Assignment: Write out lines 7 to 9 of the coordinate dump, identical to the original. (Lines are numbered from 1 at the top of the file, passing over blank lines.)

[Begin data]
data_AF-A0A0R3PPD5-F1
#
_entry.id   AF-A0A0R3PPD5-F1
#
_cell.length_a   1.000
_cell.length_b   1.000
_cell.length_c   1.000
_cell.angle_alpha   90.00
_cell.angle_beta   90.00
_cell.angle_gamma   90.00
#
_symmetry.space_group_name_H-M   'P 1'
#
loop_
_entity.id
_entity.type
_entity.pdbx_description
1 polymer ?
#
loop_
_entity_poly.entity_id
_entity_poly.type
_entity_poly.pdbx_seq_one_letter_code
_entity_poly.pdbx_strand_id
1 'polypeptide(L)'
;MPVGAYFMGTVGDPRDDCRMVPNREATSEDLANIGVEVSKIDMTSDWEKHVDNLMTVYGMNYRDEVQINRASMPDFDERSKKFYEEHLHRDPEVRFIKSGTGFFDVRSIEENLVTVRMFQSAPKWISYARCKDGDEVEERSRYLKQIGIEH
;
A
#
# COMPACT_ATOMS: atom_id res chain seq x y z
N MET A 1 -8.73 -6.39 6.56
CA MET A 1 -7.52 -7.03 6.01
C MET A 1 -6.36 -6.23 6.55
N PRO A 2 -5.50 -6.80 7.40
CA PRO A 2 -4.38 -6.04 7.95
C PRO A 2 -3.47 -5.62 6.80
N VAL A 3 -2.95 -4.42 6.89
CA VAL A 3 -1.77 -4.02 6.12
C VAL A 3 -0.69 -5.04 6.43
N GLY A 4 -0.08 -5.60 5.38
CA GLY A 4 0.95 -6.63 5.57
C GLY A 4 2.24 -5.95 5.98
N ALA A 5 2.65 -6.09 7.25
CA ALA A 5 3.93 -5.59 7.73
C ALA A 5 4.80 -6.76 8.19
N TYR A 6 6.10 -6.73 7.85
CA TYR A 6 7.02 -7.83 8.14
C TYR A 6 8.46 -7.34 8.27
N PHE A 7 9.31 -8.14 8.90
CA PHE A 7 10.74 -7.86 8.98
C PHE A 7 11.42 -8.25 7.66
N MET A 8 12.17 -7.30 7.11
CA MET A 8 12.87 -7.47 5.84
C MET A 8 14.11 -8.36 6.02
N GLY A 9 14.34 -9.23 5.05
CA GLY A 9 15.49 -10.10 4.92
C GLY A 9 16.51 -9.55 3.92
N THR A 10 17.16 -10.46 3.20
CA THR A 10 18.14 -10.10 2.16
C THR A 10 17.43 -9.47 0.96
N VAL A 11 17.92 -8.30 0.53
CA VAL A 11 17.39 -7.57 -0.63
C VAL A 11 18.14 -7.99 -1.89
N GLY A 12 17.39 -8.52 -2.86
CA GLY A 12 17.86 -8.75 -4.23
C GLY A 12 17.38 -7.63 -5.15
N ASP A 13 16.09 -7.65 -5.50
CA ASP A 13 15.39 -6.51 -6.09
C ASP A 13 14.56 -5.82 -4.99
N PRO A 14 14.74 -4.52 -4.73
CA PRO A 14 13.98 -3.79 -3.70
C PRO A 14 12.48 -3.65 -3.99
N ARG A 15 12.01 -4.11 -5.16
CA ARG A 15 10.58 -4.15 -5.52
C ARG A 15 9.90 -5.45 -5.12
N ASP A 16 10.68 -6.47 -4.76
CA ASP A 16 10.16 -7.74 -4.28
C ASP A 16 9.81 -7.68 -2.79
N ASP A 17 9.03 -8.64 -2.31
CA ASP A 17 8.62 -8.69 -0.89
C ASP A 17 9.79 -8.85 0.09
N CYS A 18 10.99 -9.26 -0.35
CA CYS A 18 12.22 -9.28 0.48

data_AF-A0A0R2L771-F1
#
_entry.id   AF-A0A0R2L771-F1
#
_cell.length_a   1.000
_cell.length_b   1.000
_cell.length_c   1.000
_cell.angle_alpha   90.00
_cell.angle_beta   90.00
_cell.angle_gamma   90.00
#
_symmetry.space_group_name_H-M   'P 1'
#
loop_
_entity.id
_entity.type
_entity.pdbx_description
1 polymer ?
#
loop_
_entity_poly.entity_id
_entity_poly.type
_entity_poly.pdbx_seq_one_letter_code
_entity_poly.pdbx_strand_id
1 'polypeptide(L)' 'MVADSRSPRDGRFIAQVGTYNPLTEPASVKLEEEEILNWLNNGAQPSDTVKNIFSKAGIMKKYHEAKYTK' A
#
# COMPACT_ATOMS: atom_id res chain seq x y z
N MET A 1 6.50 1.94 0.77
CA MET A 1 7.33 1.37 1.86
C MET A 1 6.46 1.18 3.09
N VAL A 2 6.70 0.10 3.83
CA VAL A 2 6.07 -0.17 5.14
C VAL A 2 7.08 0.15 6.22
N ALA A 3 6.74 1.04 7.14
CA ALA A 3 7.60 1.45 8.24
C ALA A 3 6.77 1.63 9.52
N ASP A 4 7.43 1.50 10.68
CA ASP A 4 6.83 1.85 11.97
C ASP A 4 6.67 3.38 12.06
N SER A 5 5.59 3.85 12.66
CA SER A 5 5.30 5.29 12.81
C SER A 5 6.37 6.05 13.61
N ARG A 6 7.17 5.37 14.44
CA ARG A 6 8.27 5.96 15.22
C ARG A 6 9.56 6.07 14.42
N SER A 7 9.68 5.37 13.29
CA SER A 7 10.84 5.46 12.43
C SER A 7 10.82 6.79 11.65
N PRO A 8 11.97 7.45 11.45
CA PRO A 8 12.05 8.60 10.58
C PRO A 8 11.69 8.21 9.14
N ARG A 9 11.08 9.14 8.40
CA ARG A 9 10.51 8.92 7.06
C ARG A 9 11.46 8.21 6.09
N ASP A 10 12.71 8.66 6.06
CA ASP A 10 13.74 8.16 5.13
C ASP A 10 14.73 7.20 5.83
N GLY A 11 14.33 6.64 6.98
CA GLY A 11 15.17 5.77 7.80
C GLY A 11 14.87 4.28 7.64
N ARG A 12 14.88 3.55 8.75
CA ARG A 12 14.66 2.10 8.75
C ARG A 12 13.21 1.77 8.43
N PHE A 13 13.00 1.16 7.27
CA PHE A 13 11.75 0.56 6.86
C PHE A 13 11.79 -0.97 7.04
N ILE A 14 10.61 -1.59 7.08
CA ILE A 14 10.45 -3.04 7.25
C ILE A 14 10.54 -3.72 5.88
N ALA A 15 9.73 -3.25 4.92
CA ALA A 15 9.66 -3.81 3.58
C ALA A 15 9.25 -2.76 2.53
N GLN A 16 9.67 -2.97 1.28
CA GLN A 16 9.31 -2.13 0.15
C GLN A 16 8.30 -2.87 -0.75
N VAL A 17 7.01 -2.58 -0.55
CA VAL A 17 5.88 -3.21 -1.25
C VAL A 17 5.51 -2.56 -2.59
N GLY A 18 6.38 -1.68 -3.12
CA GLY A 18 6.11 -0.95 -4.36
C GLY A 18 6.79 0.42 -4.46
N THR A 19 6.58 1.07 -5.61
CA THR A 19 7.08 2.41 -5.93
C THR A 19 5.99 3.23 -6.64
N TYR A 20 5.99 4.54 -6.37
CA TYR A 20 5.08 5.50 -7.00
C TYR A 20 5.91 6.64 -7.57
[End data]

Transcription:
_cell.length_c   1.000
_cell.angle_alpha   90.00
_cell.angle_beta   90.00